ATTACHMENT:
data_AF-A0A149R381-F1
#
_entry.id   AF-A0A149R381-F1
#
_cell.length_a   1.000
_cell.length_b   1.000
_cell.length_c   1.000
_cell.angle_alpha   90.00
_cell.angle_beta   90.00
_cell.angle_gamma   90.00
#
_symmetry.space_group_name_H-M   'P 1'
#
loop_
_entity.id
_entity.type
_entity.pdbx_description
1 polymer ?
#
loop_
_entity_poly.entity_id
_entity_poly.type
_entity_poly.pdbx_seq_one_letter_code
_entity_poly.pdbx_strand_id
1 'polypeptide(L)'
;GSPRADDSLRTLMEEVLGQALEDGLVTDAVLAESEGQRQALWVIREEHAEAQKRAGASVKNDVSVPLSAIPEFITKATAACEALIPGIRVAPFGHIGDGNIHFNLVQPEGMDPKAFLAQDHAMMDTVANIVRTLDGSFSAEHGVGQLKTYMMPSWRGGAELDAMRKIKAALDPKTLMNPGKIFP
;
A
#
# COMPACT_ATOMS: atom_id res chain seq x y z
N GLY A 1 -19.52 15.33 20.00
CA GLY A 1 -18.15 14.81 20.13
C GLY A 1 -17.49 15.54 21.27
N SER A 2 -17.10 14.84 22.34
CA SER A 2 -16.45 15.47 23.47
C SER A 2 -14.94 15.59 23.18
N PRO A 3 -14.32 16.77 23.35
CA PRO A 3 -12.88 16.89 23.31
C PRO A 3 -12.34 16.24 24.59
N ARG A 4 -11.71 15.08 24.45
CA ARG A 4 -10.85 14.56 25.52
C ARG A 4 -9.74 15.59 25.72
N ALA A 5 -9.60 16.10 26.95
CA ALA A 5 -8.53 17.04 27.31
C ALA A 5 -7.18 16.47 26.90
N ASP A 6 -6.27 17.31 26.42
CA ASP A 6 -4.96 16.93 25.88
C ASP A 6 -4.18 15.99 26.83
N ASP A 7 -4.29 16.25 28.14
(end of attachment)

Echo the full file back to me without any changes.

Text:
data_AF-A0A149R381-F1
#
_entry.id   AF-A0A149R381-F1
#
_cell.length_a   1.000
_cell.length_b   1.000
_cell.length_c   1.000
_cell.angle_alpha   90.00
_cell.angle_beta   90.00
_cell.angle_gamma   90.00
#
_symmetry.space_group_name_H-M   'P 1'
#
loop_
_entity.id
_entity.type
_entity.pdbx_description
1 polymer ?
#
loop_
_entity_poly.entity_id
_entity_poly.type
_entity_poly.pdbx_seq_one_letter_code
_entity_poly.pdbx_strand_id
1 'polypeptide(L)'
;GSPRADDSLRTLMEEVLGQALEDGLVTDAVLAESEGQRQALWVIREEHAEAQKRAGASVKNDVSVPLSAIPEFITKATAACEALIPGIRVAPFGHIGDGNIHFNLVQPEGMDPKAFLAQDHAMMDTVANIVRTLDGSFSAEHGVGQLKTYMMPSWRGGAELDAMRKIKAALDPKTLMNPGKIFP
;
A
#
# COMPACT_ATOMS: atom_id res chain seq x y z
N GLY A 1 -19.52 15.33 20.00
CA GLY A 1 -18.15 14.81 20.13
C GLY A 1 -17.49 15.54 21.27
N SER A 2 -17.10 14.84 22.34
CA SER A 2 -16.45 15.47 23.47
C SER A 2 -14.94 15.59 23.18
N PRO A 3 -14.32 16.77 23.35
CA PRO A 3 -12.88 16.89 23.31
C PRO A 3 -12.34 16.24 24.59
N ARG A 4 -11.71 15.08 24.45
CA ARG A 4 -10.85 14.56 25.52
C ARG A 4 -9.74 15.59 25.72
N ALA A 5 -9.60 16.10 26.95
CA ALA A 5 -8.53 17.04 27.31
C ALA A 5 -7.18 16.47 26.90
N ASP A 6 -6.27 17.31 26.42
CA ASP A 6 -4.96 16.93 25.88
C ASP A 6 -4.18 15.99 26.83
N ASP A 7 -4.29 16.25 28.14